Please use the following script to get the current day in the command line:

echo %Date:~0,3%day
share|improve this answer
1  
Played a bit around with this, it is the shortest I found to get Date and Time: echo %date% %time% –  loomi Nov 23 '12 at 8:49
    
I got Thuday. –  NReilingh Dec 5 '13 at 17:37

Here's a way to get date time in a single line:

for /f "tokens=2,3,4,5,6 usebackq delims=:/ " %a in ('%date% %time%') do echo %c-%a-%b %d%e

In the US this will output "yyyy-mm-dd hhmm". Different regional settings will result in different %date% outputs, but you can modify the token order.

If you want a different format, modify the echo statement by rearranging the tokens or using different (or no) separators.

share|improve this answer

I changed the answer with the batch file from vMax so it works with the Dutch language too.
The Dutch - persistent as we are - have a few changes in the %date%, date/t, and date that break the original batch-file.

It would be nice if some people can check this against other Windows locales as well, and report back the results.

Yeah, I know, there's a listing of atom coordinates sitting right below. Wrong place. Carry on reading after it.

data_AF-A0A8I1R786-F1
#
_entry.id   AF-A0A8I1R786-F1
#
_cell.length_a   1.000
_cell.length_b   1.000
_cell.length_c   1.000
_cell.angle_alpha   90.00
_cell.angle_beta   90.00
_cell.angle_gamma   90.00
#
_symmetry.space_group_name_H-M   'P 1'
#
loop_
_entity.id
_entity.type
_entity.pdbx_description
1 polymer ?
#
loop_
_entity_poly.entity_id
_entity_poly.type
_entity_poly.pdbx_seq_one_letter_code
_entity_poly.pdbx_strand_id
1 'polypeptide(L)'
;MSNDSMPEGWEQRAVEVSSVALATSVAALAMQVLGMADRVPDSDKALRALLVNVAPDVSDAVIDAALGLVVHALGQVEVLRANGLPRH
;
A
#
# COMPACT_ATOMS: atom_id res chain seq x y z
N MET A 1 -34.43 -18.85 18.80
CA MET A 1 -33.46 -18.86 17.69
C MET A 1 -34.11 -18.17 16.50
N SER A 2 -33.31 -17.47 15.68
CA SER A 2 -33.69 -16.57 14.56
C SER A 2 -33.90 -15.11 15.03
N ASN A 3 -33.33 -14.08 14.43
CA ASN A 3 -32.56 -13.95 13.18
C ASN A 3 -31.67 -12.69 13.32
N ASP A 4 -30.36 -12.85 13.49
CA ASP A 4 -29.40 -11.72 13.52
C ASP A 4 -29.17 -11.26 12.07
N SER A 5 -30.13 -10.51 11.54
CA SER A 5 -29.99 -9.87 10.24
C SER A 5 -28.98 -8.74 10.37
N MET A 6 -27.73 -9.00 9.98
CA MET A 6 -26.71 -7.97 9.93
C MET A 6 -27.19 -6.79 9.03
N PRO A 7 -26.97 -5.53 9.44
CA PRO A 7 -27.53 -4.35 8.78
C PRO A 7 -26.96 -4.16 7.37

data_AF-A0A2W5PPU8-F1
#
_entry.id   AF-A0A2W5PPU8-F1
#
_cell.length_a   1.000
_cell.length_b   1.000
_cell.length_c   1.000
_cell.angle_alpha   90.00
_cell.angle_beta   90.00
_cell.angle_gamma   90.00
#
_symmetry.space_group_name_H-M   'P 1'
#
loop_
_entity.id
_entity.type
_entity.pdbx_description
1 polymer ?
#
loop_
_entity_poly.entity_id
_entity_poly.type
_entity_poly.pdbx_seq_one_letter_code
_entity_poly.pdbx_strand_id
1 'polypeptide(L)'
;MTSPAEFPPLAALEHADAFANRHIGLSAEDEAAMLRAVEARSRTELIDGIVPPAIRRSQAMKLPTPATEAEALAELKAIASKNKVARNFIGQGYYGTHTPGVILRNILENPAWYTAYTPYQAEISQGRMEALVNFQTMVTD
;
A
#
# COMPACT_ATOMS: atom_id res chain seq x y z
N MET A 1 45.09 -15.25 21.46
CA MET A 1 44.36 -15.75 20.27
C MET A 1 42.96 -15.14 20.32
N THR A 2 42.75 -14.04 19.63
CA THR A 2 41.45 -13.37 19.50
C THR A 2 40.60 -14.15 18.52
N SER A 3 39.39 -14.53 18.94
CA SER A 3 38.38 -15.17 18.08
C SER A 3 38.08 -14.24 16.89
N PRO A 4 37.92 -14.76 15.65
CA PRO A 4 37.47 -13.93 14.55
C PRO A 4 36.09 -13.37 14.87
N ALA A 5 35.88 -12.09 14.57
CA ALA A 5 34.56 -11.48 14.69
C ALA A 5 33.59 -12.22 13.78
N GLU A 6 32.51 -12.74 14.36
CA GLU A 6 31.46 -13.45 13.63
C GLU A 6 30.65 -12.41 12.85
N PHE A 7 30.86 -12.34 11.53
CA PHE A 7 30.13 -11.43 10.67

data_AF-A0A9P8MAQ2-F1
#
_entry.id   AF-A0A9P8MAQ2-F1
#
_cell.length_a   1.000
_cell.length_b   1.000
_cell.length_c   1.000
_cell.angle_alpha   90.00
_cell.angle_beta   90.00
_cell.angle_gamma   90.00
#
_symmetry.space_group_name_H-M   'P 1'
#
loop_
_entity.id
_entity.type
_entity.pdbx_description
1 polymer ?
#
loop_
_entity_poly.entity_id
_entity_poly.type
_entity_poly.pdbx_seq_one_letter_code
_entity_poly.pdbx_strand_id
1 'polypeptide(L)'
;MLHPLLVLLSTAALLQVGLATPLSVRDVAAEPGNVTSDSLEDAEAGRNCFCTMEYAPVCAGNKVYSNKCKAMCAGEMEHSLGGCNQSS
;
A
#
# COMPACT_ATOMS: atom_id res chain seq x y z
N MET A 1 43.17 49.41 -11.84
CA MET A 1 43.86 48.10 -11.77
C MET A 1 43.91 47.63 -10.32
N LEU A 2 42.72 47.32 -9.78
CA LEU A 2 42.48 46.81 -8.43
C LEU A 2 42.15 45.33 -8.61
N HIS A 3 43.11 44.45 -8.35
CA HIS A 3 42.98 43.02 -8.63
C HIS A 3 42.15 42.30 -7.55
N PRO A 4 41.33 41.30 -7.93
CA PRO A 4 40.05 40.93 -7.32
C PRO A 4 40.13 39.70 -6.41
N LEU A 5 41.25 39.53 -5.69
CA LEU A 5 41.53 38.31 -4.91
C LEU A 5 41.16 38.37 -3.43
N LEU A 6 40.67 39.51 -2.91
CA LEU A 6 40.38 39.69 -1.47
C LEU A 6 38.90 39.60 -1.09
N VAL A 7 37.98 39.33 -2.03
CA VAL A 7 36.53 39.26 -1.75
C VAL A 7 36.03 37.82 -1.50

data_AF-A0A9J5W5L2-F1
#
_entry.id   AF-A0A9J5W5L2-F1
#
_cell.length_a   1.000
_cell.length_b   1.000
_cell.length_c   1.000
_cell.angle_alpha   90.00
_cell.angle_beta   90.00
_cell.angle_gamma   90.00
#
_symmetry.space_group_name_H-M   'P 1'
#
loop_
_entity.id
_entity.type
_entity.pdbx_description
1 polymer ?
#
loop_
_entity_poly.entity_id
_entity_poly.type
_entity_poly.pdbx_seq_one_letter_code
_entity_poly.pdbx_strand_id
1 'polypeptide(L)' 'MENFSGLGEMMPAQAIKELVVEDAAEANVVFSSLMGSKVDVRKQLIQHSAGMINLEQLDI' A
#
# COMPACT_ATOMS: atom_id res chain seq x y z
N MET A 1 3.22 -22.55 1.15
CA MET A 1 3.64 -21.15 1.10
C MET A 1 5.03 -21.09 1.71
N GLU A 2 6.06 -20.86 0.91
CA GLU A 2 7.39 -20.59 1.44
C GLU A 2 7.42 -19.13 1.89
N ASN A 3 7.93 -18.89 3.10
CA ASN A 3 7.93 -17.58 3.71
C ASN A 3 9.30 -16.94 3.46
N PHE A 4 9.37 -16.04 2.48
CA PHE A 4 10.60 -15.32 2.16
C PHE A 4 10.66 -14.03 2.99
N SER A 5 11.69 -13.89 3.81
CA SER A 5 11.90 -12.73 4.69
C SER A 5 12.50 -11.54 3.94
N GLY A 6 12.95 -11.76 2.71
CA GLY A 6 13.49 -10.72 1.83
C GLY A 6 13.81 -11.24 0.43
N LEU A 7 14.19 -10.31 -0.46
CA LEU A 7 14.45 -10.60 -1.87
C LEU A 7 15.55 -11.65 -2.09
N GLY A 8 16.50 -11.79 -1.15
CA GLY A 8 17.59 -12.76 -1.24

If the batch-file fails at your location, then please include the output of these two statements on the command prompt:
echo:^|date
date/t

This is a sample of the output you should get from the batch-file:

C:\temp>set-date-cmd.bat
Today is Year: [2011] Month: [01] Day: [03]
20110103

Here is the revised code with comments on why:

:: http://stackoverflow.com/questions/203090/how-to-get-current-datetime-on-windows-command-line-in-a-suitable-format-for-usi
:: Works on any NT/2k machine independent of regional date settings
::
:: 20110103 - adapted by jeroen@pluimers.com for Dutch locale
:: Dutch will get jj as year from echo:^|date, so the '%%c' trick does not work as it will fill 'jj', but we want 'yy'